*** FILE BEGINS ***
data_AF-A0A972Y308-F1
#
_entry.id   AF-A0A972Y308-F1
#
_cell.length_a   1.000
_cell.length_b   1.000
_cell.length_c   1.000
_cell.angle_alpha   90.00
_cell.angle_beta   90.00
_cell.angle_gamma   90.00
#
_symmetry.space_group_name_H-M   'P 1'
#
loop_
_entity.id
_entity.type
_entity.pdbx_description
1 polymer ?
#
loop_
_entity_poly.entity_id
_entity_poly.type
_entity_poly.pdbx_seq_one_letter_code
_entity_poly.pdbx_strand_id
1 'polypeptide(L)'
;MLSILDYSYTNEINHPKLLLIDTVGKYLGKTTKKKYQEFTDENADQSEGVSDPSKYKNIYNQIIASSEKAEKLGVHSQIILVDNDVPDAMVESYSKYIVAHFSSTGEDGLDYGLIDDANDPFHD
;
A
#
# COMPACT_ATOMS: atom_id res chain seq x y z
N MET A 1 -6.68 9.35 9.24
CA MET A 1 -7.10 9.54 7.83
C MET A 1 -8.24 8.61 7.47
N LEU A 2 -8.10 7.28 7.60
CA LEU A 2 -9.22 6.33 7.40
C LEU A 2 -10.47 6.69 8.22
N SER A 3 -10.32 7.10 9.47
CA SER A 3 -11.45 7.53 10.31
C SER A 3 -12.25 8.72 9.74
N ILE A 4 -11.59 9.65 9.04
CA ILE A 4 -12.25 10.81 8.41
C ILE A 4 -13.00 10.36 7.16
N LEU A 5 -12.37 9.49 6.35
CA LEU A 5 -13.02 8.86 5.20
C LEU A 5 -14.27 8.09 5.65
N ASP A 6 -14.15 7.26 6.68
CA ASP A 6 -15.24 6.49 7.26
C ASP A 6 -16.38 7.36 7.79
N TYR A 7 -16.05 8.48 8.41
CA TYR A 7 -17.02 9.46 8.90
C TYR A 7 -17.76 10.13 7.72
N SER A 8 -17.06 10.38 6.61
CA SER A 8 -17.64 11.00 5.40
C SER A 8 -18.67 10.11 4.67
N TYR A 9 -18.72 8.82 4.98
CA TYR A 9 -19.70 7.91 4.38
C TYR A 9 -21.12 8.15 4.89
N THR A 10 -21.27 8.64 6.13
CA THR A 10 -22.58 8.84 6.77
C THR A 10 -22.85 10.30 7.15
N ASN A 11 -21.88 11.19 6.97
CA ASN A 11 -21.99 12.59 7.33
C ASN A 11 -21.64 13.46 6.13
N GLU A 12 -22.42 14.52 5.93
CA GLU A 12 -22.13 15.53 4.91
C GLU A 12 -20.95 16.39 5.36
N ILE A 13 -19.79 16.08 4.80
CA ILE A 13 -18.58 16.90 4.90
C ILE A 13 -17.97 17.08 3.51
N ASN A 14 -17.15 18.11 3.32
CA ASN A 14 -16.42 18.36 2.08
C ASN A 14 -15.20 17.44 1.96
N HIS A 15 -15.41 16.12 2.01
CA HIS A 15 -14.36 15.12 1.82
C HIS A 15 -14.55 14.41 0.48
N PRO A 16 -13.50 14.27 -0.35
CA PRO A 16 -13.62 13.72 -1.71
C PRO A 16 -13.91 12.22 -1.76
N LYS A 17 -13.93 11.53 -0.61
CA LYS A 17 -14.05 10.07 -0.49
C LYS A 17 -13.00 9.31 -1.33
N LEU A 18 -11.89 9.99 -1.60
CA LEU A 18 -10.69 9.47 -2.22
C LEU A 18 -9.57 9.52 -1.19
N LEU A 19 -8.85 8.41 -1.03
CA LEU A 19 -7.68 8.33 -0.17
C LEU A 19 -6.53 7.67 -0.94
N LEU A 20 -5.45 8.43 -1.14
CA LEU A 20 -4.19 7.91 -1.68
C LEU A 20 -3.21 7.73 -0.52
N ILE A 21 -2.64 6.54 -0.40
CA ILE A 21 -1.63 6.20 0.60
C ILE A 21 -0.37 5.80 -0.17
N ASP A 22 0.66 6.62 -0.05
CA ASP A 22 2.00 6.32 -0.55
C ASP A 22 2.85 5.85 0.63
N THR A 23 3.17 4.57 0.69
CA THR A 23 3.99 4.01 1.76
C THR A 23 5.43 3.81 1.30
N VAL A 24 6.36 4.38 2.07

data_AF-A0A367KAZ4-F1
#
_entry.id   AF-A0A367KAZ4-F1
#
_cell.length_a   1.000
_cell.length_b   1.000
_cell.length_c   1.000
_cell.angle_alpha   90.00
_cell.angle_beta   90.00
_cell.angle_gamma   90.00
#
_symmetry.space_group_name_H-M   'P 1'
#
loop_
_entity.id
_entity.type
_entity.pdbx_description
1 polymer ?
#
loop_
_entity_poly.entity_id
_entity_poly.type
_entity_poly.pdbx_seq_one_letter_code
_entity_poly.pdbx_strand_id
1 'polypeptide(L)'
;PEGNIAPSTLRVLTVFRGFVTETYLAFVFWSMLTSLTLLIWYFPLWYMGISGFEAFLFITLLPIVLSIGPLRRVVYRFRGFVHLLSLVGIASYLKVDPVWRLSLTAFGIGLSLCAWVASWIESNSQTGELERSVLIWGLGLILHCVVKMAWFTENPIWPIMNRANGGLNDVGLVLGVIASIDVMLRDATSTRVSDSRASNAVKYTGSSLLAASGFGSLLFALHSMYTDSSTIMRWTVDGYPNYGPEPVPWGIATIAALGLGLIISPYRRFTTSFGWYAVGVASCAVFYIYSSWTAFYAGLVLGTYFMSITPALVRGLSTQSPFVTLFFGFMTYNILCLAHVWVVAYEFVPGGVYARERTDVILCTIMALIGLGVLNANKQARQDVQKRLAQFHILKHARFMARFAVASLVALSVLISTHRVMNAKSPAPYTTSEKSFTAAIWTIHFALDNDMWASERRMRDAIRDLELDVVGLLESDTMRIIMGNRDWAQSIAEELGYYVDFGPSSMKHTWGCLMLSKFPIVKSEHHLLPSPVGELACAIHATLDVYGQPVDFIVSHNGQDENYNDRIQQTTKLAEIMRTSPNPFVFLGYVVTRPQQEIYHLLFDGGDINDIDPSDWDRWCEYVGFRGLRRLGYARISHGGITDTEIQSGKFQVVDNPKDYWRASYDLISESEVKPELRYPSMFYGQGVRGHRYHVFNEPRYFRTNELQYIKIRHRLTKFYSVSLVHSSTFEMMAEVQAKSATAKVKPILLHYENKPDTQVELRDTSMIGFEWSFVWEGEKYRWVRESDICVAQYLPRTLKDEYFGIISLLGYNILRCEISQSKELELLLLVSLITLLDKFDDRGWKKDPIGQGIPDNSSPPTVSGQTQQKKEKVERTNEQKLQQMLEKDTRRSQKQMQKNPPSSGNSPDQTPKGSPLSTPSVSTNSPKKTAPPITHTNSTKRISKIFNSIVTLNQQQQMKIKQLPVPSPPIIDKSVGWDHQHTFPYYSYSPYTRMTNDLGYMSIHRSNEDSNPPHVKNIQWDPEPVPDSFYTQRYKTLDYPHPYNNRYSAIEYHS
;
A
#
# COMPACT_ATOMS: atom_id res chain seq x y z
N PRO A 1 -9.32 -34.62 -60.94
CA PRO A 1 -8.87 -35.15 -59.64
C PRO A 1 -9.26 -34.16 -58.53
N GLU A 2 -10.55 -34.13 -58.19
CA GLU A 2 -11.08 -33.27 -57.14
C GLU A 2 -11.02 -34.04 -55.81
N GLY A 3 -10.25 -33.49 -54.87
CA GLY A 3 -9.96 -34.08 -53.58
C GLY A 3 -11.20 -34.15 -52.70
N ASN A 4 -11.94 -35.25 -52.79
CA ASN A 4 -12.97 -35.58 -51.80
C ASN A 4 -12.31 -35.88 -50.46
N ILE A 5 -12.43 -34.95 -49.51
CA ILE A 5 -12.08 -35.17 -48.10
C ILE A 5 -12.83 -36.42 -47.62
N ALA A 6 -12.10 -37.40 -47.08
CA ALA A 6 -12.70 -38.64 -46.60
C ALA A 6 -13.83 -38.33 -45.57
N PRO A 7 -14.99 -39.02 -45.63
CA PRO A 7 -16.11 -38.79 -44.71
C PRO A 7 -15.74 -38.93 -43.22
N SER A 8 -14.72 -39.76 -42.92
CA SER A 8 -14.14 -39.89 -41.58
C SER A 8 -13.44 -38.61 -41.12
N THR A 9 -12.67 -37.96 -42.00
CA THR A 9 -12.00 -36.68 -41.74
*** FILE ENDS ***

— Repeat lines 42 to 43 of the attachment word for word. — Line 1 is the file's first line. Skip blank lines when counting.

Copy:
C ILE A 4 -13.00 10.36 7.16
N LEU A 5 -12.37 9.49 6.35